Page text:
Hundreds of truth and reconciliation commissions have been convened worldwide, featuring procedures established in the 1990s by South Africa’s post-apartheid commission. Such panels have in common a restorative justice model in which victims of wrongdoing air their grievances and seek reparations, perpetrators acknowledge their crimes and seek forgiveness, and, at least in theory, the entire society comes to terms with its past. Proceedings are generally conducted in public, in keeping with the goals of transparency and accountability. The commissioners are well-known and widely respected.
Upon his election as Los Angeles County sheriff last November, Alex Villanueva announced that he would convene a truth and reconciliation commission for the purpose of correcting wrongs that he said had been done by the Sheriff’s Department to county residents and to sheriff’s deputies. He said he would seek advice and counsel from outside the department, principally from the Board of Supervisors and the Sheriff Civilian Oversight Commission, in determining the panel’s composition and procedures.
He had not yet unveiled the panel’s procedures or schedule when The Times reported in mid-January that Villanueva had rehired Caren Carl Mandoyan, a key campaign aide and former sheriff’s deputy who had been fired in 2016 after he allegedly committed domestic abuse against another deputy.
Questioned by the Board of Supervisors on why he took back Mandoyan without first creating the truth and reconciliation commission and submitting his name, Villanueva said the case was so obvious that there was no point in waiting.
“We wanted to move forward,” he said on Jan. 29, adding that there were a half-dozen cases like Mandoyan’s that would come in advance of the commission being convened.
“Once we have [the commission] up and running, we’ll pick up the pace, obviously,” he told the supervisors.
On Thursday, The Times reported that Villanueva began working to reinstate Mandoyan even before taking office. The article cited an internal department email noting that as early as Nov. 30 (three days before Villanueva was sworn in) the sheriff-elect had made a “priority request” to process a review of Mandoyan’s case “to achieve the goal of returning him to work.” Times reporters viewed a document describing a case review conducted on Dec. 21 by three sheriff’s personnel: Assistant Sheriff Timothy Murakami, Chief Eliezer Vera and Chief Steven Gross.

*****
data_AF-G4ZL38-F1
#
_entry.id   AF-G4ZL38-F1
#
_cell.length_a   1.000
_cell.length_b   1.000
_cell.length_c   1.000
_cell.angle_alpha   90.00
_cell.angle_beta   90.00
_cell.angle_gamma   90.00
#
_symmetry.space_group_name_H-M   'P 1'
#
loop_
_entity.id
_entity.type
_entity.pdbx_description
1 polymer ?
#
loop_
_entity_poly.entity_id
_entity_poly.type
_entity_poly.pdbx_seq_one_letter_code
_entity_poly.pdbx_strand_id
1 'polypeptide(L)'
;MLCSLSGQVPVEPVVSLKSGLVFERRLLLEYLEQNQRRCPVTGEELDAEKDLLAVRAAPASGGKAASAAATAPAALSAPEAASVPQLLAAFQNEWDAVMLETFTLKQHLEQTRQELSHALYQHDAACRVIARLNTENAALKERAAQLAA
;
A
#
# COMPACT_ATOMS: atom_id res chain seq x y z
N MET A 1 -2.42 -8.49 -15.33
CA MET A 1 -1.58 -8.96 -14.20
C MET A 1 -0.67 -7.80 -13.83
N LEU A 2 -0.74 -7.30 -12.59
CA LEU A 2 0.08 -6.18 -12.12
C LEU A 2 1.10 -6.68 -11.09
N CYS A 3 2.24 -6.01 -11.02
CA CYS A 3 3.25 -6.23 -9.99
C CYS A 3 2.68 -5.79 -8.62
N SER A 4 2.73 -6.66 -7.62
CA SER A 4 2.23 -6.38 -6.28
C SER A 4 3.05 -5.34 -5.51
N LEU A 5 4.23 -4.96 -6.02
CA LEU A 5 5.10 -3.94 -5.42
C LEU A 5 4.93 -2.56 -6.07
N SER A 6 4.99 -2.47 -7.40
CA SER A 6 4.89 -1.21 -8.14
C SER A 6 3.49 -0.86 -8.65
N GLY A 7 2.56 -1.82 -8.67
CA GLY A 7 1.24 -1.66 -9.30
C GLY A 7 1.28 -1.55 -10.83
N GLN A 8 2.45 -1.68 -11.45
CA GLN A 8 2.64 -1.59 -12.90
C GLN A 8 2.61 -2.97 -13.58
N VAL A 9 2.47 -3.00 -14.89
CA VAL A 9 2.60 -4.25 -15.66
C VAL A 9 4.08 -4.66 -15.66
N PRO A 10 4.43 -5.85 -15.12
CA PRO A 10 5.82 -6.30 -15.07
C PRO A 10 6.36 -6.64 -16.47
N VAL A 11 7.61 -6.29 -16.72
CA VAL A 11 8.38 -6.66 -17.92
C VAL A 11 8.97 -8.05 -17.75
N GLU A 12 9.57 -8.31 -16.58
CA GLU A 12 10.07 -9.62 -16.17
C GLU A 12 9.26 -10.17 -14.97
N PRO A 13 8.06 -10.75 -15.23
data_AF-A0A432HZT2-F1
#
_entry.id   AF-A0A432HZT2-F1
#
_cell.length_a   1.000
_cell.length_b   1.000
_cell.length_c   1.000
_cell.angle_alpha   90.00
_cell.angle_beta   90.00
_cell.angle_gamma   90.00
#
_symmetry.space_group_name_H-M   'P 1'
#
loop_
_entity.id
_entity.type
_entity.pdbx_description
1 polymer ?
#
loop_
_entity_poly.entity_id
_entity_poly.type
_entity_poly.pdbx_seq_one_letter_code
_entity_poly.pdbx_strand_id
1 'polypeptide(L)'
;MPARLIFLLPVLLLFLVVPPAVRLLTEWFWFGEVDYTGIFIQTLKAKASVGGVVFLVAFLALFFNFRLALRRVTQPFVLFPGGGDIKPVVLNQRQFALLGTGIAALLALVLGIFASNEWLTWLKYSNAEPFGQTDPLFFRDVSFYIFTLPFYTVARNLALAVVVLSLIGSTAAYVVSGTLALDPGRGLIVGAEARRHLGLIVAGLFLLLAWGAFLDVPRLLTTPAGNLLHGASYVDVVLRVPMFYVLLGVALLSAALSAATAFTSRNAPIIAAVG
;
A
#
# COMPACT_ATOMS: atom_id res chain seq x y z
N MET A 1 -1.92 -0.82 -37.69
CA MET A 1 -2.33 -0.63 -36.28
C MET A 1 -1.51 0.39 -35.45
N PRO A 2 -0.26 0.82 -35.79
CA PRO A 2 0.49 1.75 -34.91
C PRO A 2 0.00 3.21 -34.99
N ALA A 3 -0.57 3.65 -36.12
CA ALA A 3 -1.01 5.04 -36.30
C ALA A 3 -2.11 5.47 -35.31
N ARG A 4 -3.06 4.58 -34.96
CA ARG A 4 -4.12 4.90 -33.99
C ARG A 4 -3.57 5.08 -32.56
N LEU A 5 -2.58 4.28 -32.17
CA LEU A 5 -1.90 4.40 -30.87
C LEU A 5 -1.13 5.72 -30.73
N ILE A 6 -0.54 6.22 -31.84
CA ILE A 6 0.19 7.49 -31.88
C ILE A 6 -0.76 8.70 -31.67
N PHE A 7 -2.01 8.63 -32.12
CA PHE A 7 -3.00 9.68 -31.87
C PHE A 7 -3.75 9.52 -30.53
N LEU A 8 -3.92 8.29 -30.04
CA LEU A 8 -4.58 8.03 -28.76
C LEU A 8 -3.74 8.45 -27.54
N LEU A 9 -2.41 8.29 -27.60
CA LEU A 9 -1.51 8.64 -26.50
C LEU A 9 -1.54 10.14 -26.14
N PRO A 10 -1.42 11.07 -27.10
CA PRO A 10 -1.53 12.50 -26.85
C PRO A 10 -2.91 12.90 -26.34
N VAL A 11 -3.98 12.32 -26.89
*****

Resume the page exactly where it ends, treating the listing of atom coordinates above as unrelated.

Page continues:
They are described in the case review report as “the Truth and Reconciliation panel members.”
So it turns out that there is already a so-called truth and reconciliation commission. It existed and already was doing its work in December, weeks before the sheriff claimed he wanted advice on how to set it up.
Villanueva’s truth commission is a lie. It operates in secret. Its existence is unacknowledged. It is exclusively internal. It consists of three subordinates elevated to their positions by the sheriff and accountable only to him. It includes no reviewable process. It includes no airing of grievances, no acknowledgement of wrongdoing, no requests for forgiveness, no features of restorative justice. It is a star chamber in reverse, in which deputies may be given their jobs back even though their firings have been reviewed and upheld in a formal civil service process that included opportunities to present evidence and make arguments.
The commission seems designed to reach a predetermined outcome set by Villanueva. That’s doubly ironic, since he claimed his predecessor made the whole process necessary by predetermining outcomes.
“At the onset of the investigation,” he told the Board of Supervisors in January, “they decided what the outcome was, and so they empaneled the investigators: ‘Just find some facts you can cobble together that show they did it.’” The new sheriff failed to produce evidence that such a thing ever actually happened under his predecessor; but evidence shows that it’s precisely what Villanueva himself has done.
As for the promise to review wrongful convictions of people arrested by the Sheriff’s Department, Villanueva told the Board of Supervisors that the district attorney already has that angle covered. In other words, this is all about reinstating deputies who were fired for cause.